And, also, there was a New York Times article. It kind of breaks the mold of other reports in the Western media. It acknowledged that in–it was talking about Caracas specifically–that the protests have not spread to the barrios, the areas where the poor of Venezuela live. But the article ended with a quote that kind of indicated that they will also join the protests eventually.

What’s your response to that news and the fact that in general the Western media has kind of highlighted how this protest, these protests are growing and broadening? And they seem to be siding with the side of the protesters.

SULLIVAN: Yes. You know, that really speaks to my situation. I’ve lived in Venezuela for almost 30 years, but I was actually away. I was in Guatemala when the protests began on February 12. I’ve only been back for a week. So I was not here for, really, the beginning and perhaps the strongest outpour of these–what we call the guarimbas, these really–these blockades.

However, you know, from the outside, I thought Venezuela was a country that was totally falling apart with its civil war, reminiscent of what I had lived in 1989, what we called the Caracazo, or the phase leading up to the coup in 2002.

But, again, my experience, having arrived in Caracas about eight days ago, traveling around Caracas, downtown areas and here in Barquisimeto for the past week, you would be hard to know that it’s the same country that’s being portrayed in the international media.

However, as Ryan said, there are certainly cities and communities where protests are much stronger. So it’s very much a divided country. I applaud, finally, some major media, such as The New York Times, acknowledging that it is not all of Venezuela that is experiencing these protests, that perhaps the largest, most populous areas really are as normal as they could be right now. I think originally there was a little bit more of unrest, but right now the great majority of where most Venezuelans live, in most cities and towns, is quite normal.

But there does continue to be, again, in the wealthier areas and in some of the states, especially the western states closer to Colombia, where there’s been traditionally much more strength of the opposition, a very different reality.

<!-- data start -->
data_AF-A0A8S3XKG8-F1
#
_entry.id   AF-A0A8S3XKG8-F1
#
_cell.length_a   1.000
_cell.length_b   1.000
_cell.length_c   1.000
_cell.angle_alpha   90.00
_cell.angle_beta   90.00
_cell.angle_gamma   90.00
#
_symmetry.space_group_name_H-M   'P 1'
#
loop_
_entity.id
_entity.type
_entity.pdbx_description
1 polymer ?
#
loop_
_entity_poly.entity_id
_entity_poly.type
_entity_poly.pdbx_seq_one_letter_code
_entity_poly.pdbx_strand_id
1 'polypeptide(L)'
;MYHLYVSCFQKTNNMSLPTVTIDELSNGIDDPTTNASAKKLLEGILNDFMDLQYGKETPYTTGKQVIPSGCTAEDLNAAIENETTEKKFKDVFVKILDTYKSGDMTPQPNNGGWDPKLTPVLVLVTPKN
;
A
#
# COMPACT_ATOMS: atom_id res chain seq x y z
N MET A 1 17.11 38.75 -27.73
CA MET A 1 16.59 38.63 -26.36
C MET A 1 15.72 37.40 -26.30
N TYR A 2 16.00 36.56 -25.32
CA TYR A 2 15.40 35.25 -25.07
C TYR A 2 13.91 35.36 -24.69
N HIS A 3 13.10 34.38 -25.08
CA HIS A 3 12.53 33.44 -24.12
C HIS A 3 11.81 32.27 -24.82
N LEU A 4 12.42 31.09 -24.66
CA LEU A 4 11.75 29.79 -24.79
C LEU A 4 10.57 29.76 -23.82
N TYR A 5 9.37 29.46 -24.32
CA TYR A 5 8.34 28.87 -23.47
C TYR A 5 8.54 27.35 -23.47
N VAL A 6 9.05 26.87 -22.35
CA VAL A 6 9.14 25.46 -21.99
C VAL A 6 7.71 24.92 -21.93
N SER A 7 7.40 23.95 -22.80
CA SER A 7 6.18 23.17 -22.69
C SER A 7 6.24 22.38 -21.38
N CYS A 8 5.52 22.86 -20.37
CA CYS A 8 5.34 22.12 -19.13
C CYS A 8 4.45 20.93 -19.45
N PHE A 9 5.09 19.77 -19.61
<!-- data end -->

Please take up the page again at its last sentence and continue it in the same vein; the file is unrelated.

NOOR: And, Lisa, let’s stick with you for a second. Respond to Ryan’s comment that there’s no end in sight to these protests. They could go on for the foreseeable future.

SULLIVAN: Well, you know, I feel like things have turned the corner, actually. Again, in Venezuela, it’s impossible to guess. I’ve lived here long enough to know that things shift and change.

However, I think what was originally intended, a lot of, you know, that bubble was burst when the reaction of the government was, you know, rather than more repression, to say, yes, let’s sit down together, we need to dialog, we need to really talk honestly, and both Friday and Saturday were quite extraordinary gatherings of some high-profile opposition politicians, leaders of the Catholic, Jewish, Islamic faiths, the president, the head of the largest company in Venezuela, the head of the Chamber of Commerce, together with the president and leader, members of his government, and so televised lengthy conversations, real dialog, which the hardcore opposition boycotted. But there were significant people in these talks who have been part of the opposition. And so I think this decision by the government to–a real decision to sit down to make an effort at dialog–and they’ve introduced some new changes in the past couple of days–I think it burst the bubble a little bit. I think perhaps those more hardcore elements are probably shuffling and trying to figure out now what might be the next approach.

But I think people are tired of the violence, of the roadblocks, of the trash. There is a desire for change, but I think that the majority of people are not seeing that as the way to bring that change.